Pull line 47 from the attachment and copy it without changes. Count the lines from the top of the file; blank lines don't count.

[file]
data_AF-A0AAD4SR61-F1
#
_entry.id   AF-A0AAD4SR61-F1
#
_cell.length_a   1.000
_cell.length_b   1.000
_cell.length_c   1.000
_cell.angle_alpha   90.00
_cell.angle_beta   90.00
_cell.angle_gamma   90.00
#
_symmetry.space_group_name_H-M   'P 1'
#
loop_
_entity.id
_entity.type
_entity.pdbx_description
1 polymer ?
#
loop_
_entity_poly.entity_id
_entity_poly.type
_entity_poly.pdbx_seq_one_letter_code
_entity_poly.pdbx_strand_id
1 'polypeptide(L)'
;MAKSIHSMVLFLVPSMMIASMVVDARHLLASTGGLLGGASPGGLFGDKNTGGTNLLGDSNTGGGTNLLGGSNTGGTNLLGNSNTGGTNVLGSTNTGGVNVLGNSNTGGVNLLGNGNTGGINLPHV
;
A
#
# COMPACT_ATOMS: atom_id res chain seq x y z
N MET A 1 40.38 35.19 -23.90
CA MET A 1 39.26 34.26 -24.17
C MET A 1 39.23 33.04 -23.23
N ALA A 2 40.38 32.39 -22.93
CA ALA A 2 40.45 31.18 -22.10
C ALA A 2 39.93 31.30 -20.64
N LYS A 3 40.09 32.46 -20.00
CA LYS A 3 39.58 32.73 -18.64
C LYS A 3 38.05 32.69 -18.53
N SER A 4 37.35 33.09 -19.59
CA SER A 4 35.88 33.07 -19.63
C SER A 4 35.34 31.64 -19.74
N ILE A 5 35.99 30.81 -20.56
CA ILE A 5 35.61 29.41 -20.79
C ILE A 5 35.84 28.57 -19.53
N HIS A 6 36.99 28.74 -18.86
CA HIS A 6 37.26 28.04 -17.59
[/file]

CA HIS A 6 37.26 28.04 -17.59